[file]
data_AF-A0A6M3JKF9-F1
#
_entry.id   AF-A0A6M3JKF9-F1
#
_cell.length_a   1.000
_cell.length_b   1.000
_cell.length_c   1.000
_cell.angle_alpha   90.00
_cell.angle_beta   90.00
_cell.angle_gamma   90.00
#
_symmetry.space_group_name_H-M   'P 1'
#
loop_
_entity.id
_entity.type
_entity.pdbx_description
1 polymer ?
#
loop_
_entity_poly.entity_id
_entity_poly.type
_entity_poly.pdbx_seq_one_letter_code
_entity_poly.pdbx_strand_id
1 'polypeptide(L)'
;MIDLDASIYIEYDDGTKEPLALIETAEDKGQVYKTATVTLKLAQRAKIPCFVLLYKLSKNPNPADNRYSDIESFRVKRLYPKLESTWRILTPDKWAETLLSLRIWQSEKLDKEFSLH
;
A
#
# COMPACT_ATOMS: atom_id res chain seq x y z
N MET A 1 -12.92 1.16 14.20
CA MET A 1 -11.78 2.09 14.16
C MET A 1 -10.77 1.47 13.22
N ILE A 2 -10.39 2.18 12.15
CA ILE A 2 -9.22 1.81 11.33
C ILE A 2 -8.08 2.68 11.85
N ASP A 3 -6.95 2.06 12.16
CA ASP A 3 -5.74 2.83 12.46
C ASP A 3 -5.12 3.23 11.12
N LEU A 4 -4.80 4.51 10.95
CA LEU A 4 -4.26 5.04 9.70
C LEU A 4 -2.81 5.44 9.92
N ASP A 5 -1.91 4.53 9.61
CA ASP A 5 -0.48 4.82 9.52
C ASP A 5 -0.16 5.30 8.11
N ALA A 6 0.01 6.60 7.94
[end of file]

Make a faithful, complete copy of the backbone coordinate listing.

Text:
data_AF-A0A6M3JKF9-F1
#
_entry.id   AF-A0A6M3JKF9-F1
#
_cell.length_a   1.000
_cell.length_b   1.000
_cell.length_c   1.000
_cell.angle_alpha   90.00
_cell.angle_beta   90.00
_cell.angle_gamma   90.00
#
_symmetry.space_group_name_H-M   'P 1'
#
loop_
_entity.id
_entity.type
_entity.pdbx_description
1 polymer ?
#
loop_
_entity_poly.entity_id
_entity_poly.type
_entity_poly.pdbx_seq_one_letter_code
_entity_poly.pdbx_strand_id
1 'polypeptide(L)'
;MIDLDASIYIEYDDGTKEPLALIETAEDKGQVYKTATVTLKLAQRAKIPCFVLLYKLSKNPNPADNRYSDIESFRVKRLYPKLESTWRILTPDKWAETLLSLRIWQSEKLDKEFSLH
;
A
#
# COMPACT_ATOMS: atom_id res chain seq x y z
N MET A 1 -12.92 1.16 14.20
CA MET A 1 -11.78 2.09 14.16
C MET A 1 -10.77 1.47 13.22
N ILE A 2 -10.39 2.18 12.15
CA ILE A 2 -9.22 1.81 11.33
C ILE A 2 -8.08 2.68 11.85
N ASP A 3 -6.95 2.06 12.16
CA ASP A 3 -5.74 2.83 12.46
C ASP A 3 -5.12 3.23 11.12
N LEU A 4 -4.80 4.51 10.95
CA LEU A 4 -4.26 5.04 9.70
C LEU A 4 -2.81 5.44 9.92
N ASP A 5 -1.91 4.53 9.61
CA ASP A 5 -0.48 4.82 9.52
C ASP A 5 -0.16 5.30 8.11
N ALA A 6 0.01 6.60 7.94